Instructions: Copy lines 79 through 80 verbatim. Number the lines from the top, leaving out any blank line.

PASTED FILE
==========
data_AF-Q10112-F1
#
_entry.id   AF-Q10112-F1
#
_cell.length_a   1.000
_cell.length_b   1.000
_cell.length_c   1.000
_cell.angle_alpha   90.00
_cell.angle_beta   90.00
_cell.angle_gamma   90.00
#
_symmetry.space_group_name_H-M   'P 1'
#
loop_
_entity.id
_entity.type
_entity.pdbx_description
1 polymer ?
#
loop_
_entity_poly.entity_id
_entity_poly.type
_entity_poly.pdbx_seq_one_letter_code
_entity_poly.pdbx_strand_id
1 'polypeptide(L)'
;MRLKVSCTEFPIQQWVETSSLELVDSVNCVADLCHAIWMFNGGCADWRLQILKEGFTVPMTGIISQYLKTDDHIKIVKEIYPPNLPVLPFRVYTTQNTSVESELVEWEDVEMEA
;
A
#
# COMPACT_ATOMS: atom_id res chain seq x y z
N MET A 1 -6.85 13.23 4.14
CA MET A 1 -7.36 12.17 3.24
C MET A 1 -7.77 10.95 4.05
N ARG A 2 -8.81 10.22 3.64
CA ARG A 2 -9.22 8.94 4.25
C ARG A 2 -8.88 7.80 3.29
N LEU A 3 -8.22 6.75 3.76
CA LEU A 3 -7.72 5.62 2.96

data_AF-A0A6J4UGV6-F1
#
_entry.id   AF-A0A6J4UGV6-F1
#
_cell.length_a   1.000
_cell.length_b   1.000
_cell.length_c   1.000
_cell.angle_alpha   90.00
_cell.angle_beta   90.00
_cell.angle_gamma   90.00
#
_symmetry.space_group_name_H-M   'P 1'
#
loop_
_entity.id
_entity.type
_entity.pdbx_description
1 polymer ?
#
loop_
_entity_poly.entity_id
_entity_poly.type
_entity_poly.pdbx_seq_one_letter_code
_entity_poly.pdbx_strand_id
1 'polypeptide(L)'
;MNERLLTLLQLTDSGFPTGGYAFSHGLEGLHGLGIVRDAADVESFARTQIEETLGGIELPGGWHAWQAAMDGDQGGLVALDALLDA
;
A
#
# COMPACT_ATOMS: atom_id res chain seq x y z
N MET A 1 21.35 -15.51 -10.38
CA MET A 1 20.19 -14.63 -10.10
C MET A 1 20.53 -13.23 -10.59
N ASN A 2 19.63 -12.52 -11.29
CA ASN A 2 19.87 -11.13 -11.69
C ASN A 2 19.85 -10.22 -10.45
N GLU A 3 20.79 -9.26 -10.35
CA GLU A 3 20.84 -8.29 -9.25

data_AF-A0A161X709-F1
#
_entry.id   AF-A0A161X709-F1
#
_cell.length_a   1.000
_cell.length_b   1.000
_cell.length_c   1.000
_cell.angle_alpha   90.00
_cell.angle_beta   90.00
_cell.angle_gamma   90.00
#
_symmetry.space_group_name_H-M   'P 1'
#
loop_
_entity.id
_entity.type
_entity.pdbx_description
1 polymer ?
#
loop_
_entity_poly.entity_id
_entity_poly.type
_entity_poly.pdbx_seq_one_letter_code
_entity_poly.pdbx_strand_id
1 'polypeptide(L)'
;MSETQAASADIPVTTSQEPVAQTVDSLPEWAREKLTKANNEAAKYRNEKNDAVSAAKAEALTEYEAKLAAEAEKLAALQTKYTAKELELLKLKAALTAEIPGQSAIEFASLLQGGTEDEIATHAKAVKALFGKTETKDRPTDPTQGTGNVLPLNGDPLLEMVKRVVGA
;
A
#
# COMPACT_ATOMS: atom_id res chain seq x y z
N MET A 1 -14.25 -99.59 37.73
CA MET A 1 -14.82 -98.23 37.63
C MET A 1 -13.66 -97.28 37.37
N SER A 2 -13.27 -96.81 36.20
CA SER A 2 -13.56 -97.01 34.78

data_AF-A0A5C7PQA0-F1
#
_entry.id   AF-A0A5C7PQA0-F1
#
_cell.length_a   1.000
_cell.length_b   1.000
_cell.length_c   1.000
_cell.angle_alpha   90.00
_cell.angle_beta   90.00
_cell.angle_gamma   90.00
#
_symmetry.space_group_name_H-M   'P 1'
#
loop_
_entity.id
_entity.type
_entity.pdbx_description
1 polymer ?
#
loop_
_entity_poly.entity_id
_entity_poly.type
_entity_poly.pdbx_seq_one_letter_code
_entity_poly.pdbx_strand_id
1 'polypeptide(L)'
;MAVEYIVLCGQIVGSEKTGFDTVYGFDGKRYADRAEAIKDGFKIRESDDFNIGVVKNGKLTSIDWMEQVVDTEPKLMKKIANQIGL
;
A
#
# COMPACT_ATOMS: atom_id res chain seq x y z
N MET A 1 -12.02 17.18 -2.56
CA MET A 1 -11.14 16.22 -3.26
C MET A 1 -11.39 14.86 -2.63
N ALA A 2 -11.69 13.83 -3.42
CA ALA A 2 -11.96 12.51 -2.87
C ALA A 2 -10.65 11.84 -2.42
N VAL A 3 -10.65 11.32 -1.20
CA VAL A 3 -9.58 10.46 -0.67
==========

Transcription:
_entry.id   AF-A0A161X709-F1
#